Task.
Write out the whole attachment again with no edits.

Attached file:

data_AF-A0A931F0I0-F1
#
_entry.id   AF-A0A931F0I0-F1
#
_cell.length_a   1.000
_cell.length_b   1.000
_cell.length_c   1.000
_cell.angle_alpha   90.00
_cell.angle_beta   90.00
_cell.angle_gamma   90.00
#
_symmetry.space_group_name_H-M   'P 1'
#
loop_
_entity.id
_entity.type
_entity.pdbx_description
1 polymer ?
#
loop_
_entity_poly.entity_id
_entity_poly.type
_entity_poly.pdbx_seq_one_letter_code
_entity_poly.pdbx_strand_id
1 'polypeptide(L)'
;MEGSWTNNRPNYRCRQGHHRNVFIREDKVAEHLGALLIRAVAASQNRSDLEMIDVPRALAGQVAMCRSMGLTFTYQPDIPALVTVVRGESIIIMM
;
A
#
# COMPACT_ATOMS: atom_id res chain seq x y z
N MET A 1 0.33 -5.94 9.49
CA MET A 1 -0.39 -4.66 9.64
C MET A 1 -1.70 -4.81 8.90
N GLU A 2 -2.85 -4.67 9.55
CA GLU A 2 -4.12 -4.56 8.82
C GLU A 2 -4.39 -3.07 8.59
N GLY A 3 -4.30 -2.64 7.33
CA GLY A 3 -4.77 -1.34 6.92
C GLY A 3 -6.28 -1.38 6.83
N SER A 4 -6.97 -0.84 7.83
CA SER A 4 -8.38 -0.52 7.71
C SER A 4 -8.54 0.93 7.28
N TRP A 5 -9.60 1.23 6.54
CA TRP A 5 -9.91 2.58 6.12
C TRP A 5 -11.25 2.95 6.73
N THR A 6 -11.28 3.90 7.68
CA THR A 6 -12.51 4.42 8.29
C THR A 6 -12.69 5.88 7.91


data_AF-A0A931F0I0-F1
#
_entry.id   AF-A0A931F0I0-F1
#
_cell.length_a   1.000
_cell.length_b   1.000
_cell.length_c   1.000
_cell.angle_alpha   90.00
_cell.angle_beta   90.00
_cell.angle_gamma   90.00
#
_symmetry.space_group_name_H-M   'P 1'
#
loop_
_entity.id
_entity.type
_entity.pdbx_description
1 polymer ?
#
loop_
_entity_poly.entity_id
_entity_poly.type
_entity_poly.pdbx_seq_one_letter_code
_entity_poly.pdbx_strand_id
1 'polypeptide(L)'
;MEGSWTNNRPNYRCRQGHHRNVFIREDKVAEHLGALLIRAVAASQNRSDLEMIDVPRALAGQVAMCRSMGLTFTYQPDIPALVTVVRGESIIIMM
;
A
#
# COMPACT_ATOMS: atom_id res chain seq x y z
N MET A 1 0.33 -5.94 9.49
CA MET A 1 -0.39 -4.66 9.64
C MET A 1 -1.70 -4.81 8.90
N GLU A 2 -2.85 -4.67 9.55
CA GLU A 2 -4.12 -4.56 8.82
C GLU A 2 -4.39 -3.07 8.59
N GLY A 3 -4.30 -2.64 7.33
CA GLY A 3 -4.77 -1.34 6.92
C GLY A 3 -6.28 -1.38 6.83
N SER A 4 -6.97 -0.84 7.83
CA SER A 4 -8.38 -0.52 7.71
C SER A 4 -8.54 0.93 7.28
N TRP A 5 -9.60 1.23 6.54
CA TRP A 5 -9.91 2.58 6.12
C TRP A 5 -11.25 2.95 6.73
N THR A 6 -11.28 3.90 7.68
CA THR A 6 -12.51 4.42 8.29
C THR A 6 -12.69 5.88 7.91